As part of this focus HMRC are creating a new team that will focus on offshore property developers to ensure their compliance.
In summary, it is intended that profits on the disposal of a development of residential or commercial property will be subject to UK corporation tax.
Capital gains on the sale of residential property held by offshore structures are already taxable as they are subject either to ATED related capital gains tax or non-resident capital gains tax.
However, the capital gain on the sale of an investment in commercial property by an offshore structure is still free from corporation tax or capital gains tax, so we would expect to see a shift in investment plans by offshore investors.
These changes represent a major overhaul in how the UK seeks to tax UK land and property transactions undertaken by non-residents and we would highly recommend that advice is sought now by those clients who may be affected by these changes.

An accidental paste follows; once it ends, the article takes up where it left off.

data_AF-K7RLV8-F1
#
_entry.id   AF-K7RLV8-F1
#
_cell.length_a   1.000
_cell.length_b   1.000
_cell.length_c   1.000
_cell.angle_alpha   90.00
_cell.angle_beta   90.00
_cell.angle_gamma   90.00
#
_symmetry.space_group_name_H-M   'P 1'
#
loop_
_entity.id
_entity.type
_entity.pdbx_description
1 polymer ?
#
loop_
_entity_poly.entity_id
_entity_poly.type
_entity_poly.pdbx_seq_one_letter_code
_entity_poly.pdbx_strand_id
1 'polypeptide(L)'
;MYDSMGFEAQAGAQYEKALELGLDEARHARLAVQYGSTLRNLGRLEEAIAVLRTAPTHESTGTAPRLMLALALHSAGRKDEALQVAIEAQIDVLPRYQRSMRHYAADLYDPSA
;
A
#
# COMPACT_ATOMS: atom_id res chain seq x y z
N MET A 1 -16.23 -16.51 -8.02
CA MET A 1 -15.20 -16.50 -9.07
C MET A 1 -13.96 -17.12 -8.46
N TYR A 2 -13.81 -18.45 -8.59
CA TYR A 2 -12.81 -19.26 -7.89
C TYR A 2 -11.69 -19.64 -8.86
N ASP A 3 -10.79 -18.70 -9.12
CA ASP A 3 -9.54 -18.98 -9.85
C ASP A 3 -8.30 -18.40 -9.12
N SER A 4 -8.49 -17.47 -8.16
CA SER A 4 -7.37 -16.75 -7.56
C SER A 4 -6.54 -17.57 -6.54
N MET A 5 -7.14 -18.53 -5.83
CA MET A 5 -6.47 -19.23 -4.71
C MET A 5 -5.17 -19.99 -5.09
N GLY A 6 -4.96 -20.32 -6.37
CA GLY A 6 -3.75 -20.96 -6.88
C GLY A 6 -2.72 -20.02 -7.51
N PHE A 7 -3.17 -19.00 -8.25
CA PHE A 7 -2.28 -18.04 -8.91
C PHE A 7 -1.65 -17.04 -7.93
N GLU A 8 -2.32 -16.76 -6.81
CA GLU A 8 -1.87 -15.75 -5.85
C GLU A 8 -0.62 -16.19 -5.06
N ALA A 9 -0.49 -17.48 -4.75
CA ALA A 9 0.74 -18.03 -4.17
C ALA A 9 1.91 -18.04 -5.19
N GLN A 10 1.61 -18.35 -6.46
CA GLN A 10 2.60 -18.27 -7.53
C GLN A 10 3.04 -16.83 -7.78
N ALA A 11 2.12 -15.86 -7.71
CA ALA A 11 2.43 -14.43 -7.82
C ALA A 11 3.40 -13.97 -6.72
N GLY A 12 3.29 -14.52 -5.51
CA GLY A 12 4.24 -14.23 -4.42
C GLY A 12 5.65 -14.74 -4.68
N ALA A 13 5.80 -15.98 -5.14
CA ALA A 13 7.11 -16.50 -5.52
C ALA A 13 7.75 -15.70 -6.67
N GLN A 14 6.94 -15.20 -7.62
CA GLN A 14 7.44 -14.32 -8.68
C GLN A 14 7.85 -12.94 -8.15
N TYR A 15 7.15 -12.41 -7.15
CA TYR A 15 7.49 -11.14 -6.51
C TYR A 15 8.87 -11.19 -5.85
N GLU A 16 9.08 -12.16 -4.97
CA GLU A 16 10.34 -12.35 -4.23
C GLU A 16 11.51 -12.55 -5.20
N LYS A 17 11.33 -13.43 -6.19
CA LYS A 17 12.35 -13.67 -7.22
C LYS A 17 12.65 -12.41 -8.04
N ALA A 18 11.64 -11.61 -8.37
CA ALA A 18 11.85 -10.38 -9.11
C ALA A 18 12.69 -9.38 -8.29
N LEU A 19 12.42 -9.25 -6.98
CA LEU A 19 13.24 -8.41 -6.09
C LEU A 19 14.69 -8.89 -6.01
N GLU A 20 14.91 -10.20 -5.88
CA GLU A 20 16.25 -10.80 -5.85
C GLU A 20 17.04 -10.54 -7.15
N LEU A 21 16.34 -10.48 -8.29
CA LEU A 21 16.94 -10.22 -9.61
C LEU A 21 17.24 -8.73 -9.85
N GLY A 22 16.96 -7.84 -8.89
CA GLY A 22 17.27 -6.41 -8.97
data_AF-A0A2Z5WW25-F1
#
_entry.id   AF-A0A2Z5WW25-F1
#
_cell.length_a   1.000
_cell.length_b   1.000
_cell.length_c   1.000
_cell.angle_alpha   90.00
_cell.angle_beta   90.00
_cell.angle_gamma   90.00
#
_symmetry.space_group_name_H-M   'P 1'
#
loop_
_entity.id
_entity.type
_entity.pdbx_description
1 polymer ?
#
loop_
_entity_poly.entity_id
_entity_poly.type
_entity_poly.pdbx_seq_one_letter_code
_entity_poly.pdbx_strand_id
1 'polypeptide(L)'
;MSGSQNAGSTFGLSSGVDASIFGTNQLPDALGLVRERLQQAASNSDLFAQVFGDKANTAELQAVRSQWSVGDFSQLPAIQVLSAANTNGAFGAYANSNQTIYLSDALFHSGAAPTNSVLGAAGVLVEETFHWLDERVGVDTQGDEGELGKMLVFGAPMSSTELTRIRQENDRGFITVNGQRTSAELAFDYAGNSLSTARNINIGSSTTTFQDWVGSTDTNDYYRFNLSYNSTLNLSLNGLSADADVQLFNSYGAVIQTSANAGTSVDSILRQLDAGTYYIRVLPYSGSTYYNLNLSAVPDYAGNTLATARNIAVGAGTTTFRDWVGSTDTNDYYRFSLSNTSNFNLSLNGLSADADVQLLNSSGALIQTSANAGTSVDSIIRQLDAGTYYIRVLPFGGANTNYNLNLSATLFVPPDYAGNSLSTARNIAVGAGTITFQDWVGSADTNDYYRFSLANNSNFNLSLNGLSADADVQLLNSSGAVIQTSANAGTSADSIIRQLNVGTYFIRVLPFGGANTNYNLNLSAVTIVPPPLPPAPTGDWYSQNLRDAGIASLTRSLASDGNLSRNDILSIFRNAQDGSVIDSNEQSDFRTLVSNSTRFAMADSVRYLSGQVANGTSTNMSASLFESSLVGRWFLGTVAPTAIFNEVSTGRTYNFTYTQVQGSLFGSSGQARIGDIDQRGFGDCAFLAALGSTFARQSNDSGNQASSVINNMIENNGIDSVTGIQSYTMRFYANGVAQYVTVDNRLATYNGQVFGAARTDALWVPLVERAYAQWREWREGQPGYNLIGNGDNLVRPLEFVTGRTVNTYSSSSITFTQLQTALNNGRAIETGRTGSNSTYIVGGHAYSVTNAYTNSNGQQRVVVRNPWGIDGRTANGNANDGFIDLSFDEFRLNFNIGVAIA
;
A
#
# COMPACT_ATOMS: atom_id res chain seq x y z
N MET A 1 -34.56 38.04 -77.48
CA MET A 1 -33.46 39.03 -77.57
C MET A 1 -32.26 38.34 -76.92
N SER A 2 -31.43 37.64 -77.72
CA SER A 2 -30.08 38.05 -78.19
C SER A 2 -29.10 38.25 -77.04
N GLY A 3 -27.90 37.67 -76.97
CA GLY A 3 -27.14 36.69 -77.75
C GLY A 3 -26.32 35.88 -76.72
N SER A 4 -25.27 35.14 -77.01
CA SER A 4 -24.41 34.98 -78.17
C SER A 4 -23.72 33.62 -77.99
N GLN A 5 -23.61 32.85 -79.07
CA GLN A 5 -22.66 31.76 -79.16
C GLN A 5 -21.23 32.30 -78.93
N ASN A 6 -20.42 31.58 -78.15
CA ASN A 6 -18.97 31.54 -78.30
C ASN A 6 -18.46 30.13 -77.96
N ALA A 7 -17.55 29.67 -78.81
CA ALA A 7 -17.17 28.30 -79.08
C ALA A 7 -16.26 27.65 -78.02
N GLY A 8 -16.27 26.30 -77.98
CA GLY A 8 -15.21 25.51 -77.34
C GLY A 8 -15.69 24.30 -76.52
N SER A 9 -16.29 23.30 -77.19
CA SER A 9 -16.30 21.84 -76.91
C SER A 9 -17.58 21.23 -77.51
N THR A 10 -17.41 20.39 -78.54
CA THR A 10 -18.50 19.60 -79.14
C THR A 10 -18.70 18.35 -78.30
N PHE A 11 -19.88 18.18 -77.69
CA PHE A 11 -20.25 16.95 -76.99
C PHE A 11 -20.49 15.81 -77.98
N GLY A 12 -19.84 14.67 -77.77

UK businesses as part of international groups
As part of the UK’s implementation of the OECD “Base Erosion and Profit Shifting” rules, the Government is proposing to enact an “Anti-Hybrid Rule” which will apply to payments made on or after 1 January 2017. Anti-Hybrid rules are complex, but are based on the premise that a tax mismatch can occur on cross border payments made between countries with different tax rates.
These rules will apply where cross border payments result in a “double deduction” (i.e. a deduction from taxable income in two countries) or where a deduction does not lead to a corresponding increase in the taxable profits of another company. Typically “Hybrid arrangements” will be created via the use of sophisticated financial instruments; however the new legislation can also catch more straight forward scenarios such as dual resident companies. Where companies make arrangements that fall within these circumstances, new rules will allow HMRC to disallow any reductions in UK profits or, as the case may be, to add any non-taxable receipts to the profits of a UK company.
Typically hybrid arrangements aren’t created accidentally and so it is likely that companies that could be affected by these rules will be aware of their potential impact. In any case we recommend clients to speak to us if they have any concerns about the possible consequences of these changes.